Ya-ming Hou, PhD
Philadelphia, PA 19107
(215) 503-5393 fax
Most Recent Peer-reviewed Publications
- Loss-of-function alanyl-tRNA synthetase mutations cause an autosomal-recessive early-onset epileptic encephalopathy with persistent myelination defect
- Post-transcriptional modifications to tRNA - A response to the genetic code degeneracy
- Biochemical characterization of pathogenic mutations in human mitochondrial methionyl-tRNA formyltransferase
- A Divalent Metal Ion-Dependent N1-Methyl Transfer to G37-tRNA
- A dual-targeted aminoacyl-tRNA synthetase in Plasmodium falciparum charges cytosolic and apicoplast tRNACys
PhD, University of California, Berkeley, CA - 1986
Expertise and Research Interests
We are interested in the specificity of translation of the genetic code, focusing on the questions of how tRNAs are synthesized, matured, modified, aminoacylated, and function on the ribosome.
The tRNA molecules are essential for the specificity of decoding, which is the key determinant in the speed and quality of cell growth. Elevated levels of tRNAs can lead to cancer, while deficiency in tRNAs can lead to cell toxicity.
How are tRNAs synthesized and matured? How are they selectively charged with amino acids? How do they enter the ribosome, and how does their dynamics affect the decoding specificity? These questions have direct implications on diseases and origins of life.
The central aim of our research is to investigate the above questions at the fundamental level: what does it take to achieve the specificity of tRNA at each step of decoding? To address this fundamental question, we focus on the following enzymes: (1) the m1G37 methyl transferase, which synthesizes the m1G37 modification that is essential for the specificity of decoding, (2) the CCA-adding enzyme, which adds the CCA sequence to the tRNA 3' end to synthesize the mature tRNA, (3) aminoacyl-tRNA synthetases, which catalyze addition of an amino acid to each tRNA to synthesize the charged aminoacyl-tRNAs, and (4) the ribosome, which uses the charged aminoacyl-tRNAs as the substrates for protein synthesis.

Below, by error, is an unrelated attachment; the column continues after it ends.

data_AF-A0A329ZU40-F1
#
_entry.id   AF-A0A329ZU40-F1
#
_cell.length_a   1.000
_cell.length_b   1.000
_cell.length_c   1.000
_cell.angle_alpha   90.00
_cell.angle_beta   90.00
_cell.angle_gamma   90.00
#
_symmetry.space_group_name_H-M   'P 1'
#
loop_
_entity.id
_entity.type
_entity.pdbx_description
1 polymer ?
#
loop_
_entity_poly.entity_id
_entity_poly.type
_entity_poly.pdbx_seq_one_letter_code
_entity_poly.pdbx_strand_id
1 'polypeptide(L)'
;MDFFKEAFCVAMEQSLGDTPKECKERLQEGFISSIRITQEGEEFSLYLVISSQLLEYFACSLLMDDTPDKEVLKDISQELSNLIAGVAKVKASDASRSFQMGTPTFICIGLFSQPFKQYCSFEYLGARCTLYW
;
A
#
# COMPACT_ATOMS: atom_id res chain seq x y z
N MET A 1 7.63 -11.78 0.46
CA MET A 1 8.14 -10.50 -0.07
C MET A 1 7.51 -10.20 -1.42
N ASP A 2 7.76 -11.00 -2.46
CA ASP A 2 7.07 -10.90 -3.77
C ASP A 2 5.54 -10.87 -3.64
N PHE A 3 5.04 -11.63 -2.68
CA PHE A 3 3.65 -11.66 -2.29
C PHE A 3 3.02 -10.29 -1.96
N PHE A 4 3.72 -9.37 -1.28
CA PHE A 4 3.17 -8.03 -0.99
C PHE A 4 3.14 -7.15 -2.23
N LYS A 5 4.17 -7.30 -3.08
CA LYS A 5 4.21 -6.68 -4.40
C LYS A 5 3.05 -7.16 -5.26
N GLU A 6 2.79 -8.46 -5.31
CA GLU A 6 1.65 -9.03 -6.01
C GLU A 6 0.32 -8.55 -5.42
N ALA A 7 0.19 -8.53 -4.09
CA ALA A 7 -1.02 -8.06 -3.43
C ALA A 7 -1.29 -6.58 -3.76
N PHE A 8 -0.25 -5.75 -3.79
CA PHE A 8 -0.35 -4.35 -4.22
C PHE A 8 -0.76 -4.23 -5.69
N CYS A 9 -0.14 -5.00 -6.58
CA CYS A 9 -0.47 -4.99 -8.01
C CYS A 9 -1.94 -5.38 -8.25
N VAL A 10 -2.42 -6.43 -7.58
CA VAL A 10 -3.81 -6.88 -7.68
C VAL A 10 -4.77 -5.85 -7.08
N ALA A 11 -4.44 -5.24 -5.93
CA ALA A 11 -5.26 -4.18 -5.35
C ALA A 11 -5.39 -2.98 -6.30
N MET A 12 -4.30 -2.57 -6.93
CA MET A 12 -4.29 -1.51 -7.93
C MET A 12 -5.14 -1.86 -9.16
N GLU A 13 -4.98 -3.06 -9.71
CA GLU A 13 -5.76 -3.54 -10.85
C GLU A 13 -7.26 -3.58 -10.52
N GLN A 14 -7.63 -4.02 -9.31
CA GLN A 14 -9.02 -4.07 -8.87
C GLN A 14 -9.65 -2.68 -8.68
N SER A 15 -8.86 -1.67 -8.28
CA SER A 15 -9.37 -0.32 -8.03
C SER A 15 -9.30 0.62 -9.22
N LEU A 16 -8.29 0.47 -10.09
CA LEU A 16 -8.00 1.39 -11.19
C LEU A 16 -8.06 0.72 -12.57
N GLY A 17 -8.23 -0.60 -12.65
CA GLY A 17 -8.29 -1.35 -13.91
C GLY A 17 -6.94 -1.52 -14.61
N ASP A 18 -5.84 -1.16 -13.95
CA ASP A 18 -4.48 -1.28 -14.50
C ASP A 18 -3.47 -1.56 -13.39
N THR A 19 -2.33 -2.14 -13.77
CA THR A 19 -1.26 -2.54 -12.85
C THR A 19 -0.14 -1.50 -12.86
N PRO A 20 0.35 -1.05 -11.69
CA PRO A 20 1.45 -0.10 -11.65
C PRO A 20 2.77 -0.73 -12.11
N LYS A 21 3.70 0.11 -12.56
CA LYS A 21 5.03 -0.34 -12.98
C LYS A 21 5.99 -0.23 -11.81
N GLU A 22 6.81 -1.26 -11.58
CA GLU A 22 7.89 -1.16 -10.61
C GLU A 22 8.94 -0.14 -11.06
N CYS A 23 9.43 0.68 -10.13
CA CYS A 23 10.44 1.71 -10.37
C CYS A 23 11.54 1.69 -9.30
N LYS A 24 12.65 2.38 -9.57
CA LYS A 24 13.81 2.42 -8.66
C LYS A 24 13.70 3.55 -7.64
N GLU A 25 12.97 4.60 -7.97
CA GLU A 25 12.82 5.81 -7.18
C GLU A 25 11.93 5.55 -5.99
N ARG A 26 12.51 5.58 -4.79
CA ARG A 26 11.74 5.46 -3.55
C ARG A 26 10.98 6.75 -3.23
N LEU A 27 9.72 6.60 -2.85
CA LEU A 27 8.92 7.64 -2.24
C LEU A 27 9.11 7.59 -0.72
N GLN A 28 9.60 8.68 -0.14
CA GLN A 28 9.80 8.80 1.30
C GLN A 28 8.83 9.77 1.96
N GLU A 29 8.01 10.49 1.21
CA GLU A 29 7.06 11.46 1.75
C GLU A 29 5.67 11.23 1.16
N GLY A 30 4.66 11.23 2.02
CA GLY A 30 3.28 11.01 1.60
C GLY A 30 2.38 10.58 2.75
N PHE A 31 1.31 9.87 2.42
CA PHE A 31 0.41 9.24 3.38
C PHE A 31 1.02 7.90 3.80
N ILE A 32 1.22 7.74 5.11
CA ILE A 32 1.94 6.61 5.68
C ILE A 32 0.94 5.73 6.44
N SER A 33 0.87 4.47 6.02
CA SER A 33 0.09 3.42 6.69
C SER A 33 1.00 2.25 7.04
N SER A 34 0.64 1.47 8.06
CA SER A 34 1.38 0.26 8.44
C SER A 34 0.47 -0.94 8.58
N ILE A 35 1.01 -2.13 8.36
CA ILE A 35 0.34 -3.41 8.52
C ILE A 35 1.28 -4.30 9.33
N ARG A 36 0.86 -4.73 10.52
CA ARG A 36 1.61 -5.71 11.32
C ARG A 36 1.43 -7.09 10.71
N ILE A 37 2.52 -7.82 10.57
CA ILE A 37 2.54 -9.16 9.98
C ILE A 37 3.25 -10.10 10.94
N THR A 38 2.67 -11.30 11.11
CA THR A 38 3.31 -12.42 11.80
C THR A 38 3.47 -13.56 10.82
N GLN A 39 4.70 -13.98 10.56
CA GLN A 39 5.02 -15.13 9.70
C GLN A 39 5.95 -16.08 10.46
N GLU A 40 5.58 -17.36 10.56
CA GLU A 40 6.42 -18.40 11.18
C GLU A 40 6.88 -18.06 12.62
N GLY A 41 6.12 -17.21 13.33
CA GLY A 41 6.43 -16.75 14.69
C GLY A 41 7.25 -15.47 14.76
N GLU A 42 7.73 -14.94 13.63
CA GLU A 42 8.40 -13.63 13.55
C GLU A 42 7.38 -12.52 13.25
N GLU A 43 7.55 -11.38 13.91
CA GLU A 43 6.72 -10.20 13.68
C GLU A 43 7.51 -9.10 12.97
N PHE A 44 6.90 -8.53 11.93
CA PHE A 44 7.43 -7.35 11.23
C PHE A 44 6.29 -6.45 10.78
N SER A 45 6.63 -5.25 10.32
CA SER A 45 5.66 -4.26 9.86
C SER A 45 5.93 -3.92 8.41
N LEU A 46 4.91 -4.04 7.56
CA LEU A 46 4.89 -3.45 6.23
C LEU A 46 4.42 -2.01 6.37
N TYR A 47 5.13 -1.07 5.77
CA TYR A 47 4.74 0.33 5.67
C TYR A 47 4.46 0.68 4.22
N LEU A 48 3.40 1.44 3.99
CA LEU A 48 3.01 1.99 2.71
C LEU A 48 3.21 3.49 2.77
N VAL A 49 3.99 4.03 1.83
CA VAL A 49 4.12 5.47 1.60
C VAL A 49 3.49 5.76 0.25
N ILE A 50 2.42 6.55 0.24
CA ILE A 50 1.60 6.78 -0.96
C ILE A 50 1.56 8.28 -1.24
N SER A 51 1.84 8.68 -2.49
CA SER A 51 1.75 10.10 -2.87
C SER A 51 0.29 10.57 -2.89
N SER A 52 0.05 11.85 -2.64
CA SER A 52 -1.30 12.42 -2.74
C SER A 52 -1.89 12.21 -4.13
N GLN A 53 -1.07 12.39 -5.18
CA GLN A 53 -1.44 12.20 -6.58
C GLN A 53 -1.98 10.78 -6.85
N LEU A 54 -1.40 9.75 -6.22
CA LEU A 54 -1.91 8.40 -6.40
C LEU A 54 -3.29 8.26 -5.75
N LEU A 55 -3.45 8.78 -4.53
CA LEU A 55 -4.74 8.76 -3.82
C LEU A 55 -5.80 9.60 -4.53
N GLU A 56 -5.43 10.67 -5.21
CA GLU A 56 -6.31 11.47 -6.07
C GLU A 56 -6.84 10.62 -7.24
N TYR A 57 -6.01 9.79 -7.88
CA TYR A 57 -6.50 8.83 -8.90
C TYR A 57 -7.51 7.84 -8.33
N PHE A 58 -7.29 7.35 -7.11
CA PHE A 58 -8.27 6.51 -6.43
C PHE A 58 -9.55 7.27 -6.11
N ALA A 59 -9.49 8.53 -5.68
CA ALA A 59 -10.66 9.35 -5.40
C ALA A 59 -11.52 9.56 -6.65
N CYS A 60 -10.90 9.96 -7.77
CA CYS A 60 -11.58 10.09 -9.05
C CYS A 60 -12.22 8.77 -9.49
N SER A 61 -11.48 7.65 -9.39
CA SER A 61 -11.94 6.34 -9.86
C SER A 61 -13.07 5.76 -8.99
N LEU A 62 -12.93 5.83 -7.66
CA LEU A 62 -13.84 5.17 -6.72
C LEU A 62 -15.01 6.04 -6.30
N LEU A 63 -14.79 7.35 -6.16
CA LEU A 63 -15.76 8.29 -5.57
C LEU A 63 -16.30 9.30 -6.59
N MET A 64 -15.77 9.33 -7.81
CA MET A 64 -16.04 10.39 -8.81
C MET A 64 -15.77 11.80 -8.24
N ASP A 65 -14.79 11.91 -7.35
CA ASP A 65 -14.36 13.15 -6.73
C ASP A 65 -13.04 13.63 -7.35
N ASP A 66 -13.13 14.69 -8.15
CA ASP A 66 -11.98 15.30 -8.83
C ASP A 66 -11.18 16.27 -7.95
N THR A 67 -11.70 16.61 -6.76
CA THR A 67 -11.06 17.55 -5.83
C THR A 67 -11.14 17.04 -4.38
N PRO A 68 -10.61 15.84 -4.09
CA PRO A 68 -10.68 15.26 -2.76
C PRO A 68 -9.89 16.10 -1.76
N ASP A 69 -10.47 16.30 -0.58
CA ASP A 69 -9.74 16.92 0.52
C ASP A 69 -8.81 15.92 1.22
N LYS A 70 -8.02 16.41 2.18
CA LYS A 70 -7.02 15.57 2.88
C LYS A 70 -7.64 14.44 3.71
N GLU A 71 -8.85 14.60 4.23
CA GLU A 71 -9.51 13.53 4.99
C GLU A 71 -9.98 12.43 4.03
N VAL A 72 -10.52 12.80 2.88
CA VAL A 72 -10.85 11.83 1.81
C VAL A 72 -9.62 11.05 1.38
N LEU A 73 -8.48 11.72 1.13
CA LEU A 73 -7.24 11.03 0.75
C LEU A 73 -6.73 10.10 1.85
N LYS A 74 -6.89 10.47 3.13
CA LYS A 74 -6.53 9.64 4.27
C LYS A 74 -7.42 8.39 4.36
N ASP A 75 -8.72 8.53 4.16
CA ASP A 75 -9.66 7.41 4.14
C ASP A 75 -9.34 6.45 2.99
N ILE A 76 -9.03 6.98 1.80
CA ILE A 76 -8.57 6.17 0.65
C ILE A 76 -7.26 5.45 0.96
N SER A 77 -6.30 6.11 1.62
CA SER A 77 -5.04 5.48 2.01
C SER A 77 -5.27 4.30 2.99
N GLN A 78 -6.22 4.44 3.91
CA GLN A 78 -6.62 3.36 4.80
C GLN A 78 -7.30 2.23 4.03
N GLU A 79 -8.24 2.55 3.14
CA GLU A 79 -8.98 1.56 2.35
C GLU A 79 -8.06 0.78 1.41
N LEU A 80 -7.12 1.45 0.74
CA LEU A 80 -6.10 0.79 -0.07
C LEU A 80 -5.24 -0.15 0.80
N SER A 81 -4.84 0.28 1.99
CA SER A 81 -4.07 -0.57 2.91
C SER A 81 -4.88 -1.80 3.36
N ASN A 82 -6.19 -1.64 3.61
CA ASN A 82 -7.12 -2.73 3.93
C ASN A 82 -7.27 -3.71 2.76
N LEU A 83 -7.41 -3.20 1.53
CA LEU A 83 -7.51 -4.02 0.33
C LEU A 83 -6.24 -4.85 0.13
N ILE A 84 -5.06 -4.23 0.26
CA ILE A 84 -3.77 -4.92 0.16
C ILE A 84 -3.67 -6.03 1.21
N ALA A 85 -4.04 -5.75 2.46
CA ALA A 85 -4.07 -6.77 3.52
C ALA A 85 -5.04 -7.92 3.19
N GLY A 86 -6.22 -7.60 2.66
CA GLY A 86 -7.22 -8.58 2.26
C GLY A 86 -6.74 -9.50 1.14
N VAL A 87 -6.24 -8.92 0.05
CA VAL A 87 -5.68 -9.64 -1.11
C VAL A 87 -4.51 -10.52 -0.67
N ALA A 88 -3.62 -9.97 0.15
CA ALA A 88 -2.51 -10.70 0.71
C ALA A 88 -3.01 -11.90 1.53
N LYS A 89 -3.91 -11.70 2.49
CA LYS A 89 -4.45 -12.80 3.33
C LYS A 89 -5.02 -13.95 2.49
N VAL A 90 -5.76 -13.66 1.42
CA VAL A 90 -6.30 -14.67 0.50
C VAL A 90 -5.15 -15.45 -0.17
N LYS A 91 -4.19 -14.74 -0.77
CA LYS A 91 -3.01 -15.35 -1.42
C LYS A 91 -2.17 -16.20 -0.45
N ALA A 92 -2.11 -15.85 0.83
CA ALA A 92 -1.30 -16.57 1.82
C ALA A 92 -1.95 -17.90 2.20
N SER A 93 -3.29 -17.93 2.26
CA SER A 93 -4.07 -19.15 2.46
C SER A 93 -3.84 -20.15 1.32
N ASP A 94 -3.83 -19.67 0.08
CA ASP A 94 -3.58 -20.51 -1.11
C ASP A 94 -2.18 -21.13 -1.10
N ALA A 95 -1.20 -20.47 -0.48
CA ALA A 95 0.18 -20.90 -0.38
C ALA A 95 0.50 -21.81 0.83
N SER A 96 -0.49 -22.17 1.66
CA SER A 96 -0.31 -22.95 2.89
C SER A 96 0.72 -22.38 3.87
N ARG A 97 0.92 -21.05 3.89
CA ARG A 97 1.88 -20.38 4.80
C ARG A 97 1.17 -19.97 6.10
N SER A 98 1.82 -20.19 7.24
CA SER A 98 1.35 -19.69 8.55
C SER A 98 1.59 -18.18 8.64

To address these fundamental questions at the mechanistic level, we have developed a variety of methods, including biochemical, structural, kinetic, and genetic approaches. We focus on one representative enzyme in each case and build a framework of information by examining the enzyme in the larger biological context. Because tRNAs are ancient and enzymes that interact and recognize tRNAs are also ancient, we have a large database to search for related and homologous enzymes in evolution.
Our research provides the basis to gain biochemical, structural, and bioinformatic insights into tRNAs in evolution. These insights are important for understanding the origins of the genetic code and for developing new strategies for drug targeting against diseases arising from errors of tRNA functions.
Biochemistry; Biophysics; Developmental Biology; Genetics; transfer RNA; RNA modification; RNA repair; RNA maturation; Ribosome; Protein Synthesis; Antibiotics; Aminoacyl-tRNA Synthetase; Gene Expression; Bacterial Pathogenesis; Suppressor Mutation; Nucleic Acid Structure/Function; Pseudo-Complementary Nucleic Acid; Genetic Code; Protein Design
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